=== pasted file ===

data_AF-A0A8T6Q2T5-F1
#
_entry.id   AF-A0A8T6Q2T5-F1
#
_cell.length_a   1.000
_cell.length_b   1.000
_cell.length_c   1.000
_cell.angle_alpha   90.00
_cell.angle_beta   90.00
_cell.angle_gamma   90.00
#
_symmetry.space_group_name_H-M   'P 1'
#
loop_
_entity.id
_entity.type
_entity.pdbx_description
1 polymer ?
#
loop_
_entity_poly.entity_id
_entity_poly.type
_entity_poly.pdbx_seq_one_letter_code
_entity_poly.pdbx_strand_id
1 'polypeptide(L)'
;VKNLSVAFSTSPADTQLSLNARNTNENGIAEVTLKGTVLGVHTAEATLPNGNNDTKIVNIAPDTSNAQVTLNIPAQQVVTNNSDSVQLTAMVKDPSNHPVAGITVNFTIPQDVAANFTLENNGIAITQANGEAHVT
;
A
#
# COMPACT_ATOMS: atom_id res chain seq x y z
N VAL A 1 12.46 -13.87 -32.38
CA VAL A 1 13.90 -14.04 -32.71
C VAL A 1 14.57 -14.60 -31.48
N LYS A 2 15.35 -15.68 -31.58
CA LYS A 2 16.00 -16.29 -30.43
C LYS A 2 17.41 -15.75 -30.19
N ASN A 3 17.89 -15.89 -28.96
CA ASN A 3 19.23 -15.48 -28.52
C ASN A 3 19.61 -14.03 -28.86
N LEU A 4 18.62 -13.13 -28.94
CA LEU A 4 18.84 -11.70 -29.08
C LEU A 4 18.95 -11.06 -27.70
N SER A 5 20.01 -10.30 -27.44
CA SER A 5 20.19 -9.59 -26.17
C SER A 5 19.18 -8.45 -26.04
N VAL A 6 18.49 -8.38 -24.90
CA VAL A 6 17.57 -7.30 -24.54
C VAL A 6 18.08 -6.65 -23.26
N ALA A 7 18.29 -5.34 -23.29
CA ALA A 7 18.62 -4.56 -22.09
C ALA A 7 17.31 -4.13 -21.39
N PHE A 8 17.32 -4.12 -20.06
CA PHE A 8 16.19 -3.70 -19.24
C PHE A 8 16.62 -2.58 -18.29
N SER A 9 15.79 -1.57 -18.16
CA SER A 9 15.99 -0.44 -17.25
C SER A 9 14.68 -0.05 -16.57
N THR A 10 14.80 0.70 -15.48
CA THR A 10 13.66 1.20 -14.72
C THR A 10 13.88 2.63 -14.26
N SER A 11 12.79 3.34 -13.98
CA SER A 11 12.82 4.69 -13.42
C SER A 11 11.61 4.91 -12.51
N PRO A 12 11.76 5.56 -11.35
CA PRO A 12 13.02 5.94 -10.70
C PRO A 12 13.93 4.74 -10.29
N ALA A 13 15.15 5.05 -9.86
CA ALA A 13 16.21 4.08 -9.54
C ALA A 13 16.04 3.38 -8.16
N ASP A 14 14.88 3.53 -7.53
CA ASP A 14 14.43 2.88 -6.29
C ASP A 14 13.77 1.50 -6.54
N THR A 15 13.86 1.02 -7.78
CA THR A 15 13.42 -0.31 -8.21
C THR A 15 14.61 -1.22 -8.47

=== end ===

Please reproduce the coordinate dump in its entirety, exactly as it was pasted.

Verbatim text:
data_AF-A0A8T6Q2T5-F1
#
_entry.id   AF-A0A8T6Q2T5-F1
#
_cell.length_a   1.000
_cell.length_b   1.000
_cell.length_c   1.000
_cell.angle_alpha   90.00
_cell.angle_beta   90.00
_cell.angle_gamma   90.00
#
_symmetry.space_group_name_H-M   'P 1'
#
loop_
_entity.id
_entity.type
_entity.pdbx_description
1 polymer ?
#
loop_
_entity_poly.entity_id
_entity_poly.type
_entity_poly.pdbx_seq_one_letter_code
_entity_poly.pdbx_strand_id
1 'polypeptide(L)'
;VKNLSVAFSTSPADTQLSLNARNTNENGIAEVTLKGTVLGVHTAEATLPNGNNDTKIVNIAPDTSNAQVTLNIPAQQVVTNNSDSVQLTAMVKDPSNHPVAGITVNFTIPQDVAANFTLENNGIAITQANGEAHVT
;
A
#
# COMPACT_ATOMS: atom_id res chain seq x y z
N VAL A 1 12.46 -13.87 -32.38
CA VAL A 1 13.90 -14.04 -32.71
C VAL A 1 14.57 -14.60 -31.48
N LYS A 2 15.35 -15.68 -31.58
CA LYS A 2 16.00 -16.29 -30.43
C LYS A 2 17.41 -15.75 -30.19
N ASN A 3 17.89 -15.89 -28.96
CA ASN A 3 19.23 -15.48 -28.52
C ASN A 3 19.61 -14.03 -28.86
N LEU A 4 18.62 -13.13 -28.94
CA LEU A 4 18.84 -11.70 -29.08
C LEU A 4 18.95 -11.06 -27.70
N SER A 5 20.01 -10.30 -27.44
CA SER A 5 20.19 -9.59 -26.17
C SER A 5 19.18 -8.45 -26.04
N VAL A 6 18.49 -8.38 -24.90
CA VAL A 6 17.57 -7.30 -24.54
C VAL A 6 18.08 -6.65 -23.26
N ALA A 7 18.29 -5.34 -23.29
CA ALA A 7 18.62 -4.56 -22.09
C ALA A 7 17.31 -4.13 -21.39
N PHE A 8 17.32 -4.12 -20.06
CA PHE A 8 16.19 -3.70 -19.24
C PHE A 8 16.62 -2.58 -18.29
N SER A 9 15.79 -1.57 -18.16
CA SER A 9 15.99 -0.44 -17.25
C SER A 9 14.68 -0.05 -16.57
N THR A 10 14.80 0.70 -15.48
CA THR A 10 13.66 1.20 -14.72
C THR A 10 13.88 2.63 -14.26
N SER A 11 12.79 3.34 -13.98
CA SER A 11 12.82 4.69 -13.42
C SER A 11 11.61 4.91 -12.51
N PRO A 12 11.76 5.56 -11.35
CA PRO A 12 13.02 5.94 -10.70
C PRO A 12 13.93 4.74 -10.29
N ALA A 13 15.15 5.05 -9.86
CA ALA A 13 16.21 4.08 -9.54
C ALA A 13 16.04 3.38 -8.16
N ASP A 14 14.88 3.53 -7.53
CA ASP A 14 14.43 2.88 -6.29
C ASP A 14 13.77 1.50 -6.54
N THR A 15 13.86 1.02 -7.78
CA THR A 15 13.42 -0.31 -8.21
C THR A 15 14.61 -1.22 -8.47